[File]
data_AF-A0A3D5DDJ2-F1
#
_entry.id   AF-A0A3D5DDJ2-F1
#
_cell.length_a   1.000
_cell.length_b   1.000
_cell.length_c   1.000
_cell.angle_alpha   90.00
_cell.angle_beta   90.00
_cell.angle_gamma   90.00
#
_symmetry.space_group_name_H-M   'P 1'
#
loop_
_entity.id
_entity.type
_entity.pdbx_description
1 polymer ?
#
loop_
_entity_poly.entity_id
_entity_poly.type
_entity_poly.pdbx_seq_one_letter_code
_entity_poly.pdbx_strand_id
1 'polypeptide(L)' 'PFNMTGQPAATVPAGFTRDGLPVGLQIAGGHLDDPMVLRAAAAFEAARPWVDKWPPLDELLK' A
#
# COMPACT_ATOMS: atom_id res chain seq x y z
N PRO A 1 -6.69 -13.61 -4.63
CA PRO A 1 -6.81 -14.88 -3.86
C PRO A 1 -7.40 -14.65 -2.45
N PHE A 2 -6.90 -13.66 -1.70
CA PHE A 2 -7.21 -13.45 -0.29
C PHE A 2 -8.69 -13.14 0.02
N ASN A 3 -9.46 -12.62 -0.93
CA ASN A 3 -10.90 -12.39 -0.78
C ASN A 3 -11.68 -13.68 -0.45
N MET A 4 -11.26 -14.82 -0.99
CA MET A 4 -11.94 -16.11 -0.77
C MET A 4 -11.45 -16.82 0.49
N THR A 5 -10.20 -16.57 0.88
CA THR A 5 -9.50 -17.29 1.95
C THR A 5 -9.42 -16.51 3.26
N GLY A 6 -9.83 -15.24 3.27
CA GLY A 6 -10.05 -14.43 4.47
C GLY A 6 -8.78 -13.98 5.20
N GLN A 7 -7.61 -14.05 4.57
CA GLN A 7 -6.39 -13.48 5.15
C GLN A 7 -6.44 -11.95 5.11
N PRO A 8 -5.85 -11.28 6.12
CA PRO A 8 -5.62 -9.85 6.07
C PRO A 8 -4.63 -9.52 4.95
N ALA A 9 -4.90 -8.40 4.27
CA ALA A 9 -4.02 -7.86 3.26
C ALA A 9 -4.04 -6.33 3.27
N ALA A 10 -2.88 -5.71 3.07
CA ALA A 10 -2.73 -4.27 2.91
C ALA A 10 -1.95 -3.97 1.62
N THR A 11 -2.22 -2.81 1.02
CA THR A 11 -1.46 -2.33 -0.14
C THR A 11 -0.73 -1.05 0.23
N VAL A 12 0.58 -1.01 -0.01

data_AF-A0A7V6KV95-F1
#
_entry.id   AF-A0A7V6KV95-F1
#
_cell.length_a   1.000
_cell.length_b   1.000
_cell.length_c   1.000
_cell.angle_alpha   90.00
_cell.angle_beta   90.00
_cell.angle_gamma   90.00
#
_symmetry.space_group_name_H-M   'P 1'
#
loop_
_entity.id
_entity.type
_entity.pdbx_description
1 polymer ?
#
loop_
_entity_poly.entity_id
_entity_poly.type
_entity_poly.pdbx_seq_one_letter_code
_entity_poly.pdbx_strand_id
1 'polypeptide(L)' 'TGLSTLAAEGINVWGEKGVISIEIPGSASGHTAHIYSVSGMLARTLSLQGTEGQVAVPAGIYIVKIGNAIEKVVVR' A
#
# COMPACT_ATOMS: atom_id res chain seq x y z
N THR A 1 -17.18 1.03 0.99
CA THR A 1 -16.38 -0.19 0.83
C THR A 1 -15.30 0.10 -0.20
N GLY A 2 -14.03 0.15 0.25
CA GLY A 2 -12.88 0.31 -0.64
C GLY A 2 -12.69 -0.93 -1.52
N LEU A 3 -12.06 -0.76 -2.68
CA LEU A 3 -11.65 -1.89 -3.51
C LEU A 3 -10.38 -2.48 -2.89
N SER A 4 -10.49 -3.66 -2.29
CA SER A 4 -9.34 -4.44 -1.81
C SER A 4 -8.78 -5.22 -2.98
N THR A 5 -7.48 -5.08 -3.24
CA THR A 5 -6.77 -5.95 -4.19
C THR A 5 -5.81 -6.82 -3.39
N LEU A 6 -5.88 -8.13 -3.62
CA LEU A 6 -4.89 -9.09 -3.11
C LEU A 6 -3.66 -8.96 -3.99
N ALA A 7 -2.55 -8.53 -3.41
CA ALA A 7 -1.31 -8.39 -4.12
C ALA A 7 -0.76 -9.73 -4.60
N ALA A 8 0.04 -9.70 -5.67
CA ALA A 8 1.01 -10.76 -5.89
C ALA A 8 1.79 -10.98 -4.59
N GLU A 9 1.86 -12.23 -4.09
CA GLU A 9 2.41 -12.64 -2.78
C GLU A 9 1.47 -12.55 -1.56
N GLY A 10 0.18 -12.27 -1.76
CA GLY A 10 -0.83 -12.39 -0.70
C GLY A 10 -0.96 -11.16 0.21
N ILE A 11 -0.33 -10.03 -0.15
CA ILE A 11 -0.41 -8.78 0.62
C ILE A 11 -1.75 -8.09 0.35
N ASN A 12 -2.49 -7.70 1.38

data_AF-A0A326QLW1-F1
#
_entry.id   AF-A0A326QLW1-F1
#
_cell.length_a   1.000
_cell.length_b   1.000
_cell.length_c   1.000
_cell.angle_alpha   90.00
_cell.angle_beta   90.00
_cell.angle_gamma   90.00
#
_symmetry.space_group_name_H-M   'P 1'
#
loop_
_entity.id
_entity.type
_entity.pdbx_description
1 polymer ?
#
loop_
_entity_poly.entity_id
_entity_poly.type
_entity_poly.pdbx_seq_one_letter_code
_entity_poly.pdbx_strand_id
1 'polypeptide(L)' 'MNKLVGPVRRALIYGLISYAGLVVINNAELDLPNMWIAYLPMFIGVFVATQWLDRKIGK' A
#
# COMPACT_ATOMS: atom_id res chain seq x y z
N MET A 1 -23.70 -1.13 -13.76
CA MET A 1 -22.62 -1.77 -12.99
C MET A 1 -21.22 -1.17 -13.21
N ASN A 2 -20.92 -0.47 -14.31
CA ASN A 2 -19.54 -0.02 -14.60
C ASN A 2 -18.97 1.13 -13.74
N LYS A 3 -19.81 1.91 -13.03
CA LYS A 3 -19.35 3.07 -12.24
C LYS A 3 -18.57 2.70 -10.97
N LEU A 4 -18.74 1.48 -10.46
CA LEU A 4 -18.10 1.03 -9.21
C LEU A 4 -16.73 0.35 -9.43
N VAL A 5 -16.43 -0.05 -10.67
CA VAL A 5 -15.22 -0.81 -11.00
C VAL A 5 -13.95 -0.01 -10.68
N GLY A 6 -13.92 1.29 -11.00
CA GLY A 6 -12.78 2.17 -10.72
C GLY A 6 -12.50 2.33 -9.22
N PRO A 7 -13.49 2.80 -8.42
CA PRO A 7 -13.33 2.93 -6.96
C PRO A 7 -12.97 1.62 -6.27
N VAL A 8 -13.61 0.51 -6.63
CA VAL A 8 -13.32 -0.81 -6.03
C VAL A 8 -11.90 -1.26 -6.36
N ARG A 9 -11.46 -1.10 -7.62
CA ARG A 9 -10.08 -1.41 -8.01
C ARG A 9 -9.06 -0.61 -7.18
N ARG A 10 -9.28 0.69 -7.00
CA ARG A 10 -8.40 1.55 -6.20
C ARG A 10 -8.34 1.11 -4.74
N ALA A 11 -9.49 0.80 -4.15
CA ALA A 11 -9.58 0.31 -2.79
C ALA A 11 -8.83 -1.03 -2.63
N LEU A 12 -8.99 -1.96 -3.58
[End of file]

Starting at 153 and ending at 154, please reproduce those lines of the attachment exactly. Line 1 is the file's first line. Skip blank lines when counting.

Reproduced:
N ASN A 2 -20.92 -0.47 -14.31
CA ASN A 2 -19.54 -0.02 -14.60